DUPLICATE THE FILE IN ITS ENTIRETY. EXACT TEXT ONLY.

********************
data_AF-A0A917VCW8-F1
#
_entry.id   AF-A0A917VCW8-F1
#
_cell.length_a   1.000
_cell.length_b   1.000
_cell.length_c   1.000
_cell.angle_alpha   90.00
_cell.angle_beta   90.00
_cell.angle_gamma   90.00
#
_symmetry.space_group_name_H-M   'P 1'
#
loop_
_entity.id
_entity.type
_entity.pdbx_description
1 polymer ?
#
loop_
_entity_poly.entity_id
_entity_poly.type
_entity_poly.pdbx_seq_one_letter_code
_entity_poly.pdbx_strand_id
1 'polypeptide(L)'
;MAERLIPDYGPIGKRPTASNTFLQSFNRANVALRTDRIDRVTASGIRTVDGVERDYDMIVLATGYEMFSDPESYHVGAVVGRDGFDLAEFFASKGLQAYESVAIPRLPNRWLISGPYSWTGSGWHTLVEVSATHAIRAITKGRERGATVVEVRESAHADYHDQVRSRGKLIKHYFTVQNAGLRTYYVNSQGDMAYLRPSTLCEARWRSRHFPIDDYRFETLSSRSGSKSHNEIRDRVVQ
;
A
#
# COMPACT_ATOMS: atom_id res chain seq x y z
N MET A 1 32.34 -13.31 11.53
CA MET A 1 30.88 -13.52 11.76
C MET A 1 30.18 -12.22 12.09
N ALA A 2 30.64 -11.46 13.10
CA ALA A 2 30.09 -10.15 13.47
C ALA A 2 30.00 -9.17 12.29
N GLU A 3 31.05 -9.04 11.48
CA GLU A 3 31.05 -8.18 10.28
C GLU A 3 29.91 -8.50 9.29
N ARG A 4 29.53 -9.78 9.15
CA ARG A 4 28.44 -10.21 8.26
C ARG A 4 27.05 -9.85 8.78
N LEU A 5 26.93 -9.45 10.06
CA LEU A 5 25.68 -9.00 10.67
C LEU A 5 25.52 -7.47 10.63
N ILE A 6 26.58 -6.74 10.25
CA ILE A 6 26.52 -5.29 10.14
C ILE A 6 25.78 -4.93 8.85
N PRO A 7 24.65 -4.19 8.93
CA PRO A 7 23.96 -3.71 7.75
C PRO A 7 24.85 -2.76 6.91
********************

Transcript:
data_AF-A0A917VCW8-F1
#
_entry.id   AF-A0A917VCW8-F1
#
_cell.length_a   1.000
_cell.length_b   1.000
_cell.length_c   1.000
_cell.angle_alpha   90.00
_cell.angle_beta   90.00
_cell.angle_gamma   90.00
#
_symmetry.space_group_name_H-M   'P 1'
#
loop_
_entity.id
_entity.type
_entity.pdbx_description
1 polymer ?
#
loop_
_entity_poly.entity_id
_entity_poly.type
_entity_poly.pdbx_seq_one_letter_code
_entity_poly.pdbx_strand_id
1 'polypeptide(L)'
;MAERLIPDYGPIGKRPTASNTFLQSFNRANVALRTDRIDRVTASGIRTVDGVERDYDMIVLATGYEMFSDPESYHVGAVVGRDGFDLAEFFASKGLQAYESVAIPRLPNRWLISGPYSWTGSGWHTLVEVSATHAIRAITKGRERGATVVEVRESAHADYHDQVRSRGKLIKHYFTVQNAGLRTYYVNSQGDMAYLRPSTLCEARWRSRHFPIDDYRFETLSSRSGSKSHNEIRDRVVQ
;
A
#
# COMPACT_ATOMS: atom_id res chain seq x y z
N MET A 1 32.34 -13.31 11.53
CA MET A 1 30.88 -13.52 11.76
C MET A 1 30.18 -12.22 12.09
N ALA A 2 30.64 -11.46 13.10
CA ALA A 2 30.09 -10.15 13.47
C ALA A 2 30.00 -9.17 12.29
N GLU A 3 31.05 -9.04 11.48
CA GLU A 3 31.05 -8.18 10.28
C GLU A 3 29.91 -8.50 9.29
N ARG A 4 29.53 -9.78 9.15
CA ARG A 4 28.44 -10.21 8.26
C ARG A 4 27.05 -9.85 8.78
N LEU A 5 26.93 -9.45 10.06
CA LEU A 5 25.68 -9.00 10.67
C LEU A 5 25.52 -7.47 10.63
N ILE A 6 26.58 -6.74 10.25
CA ILE A 6 26.52 -5.29 10.14
C ILE A 6 25.78 -4.93 8.85
N PRO A 7 24.65 -4.19 8.93
CA PRO A 7 23.96 -3.71 7.75
C PRO A 7 24.85 -2.76 6.91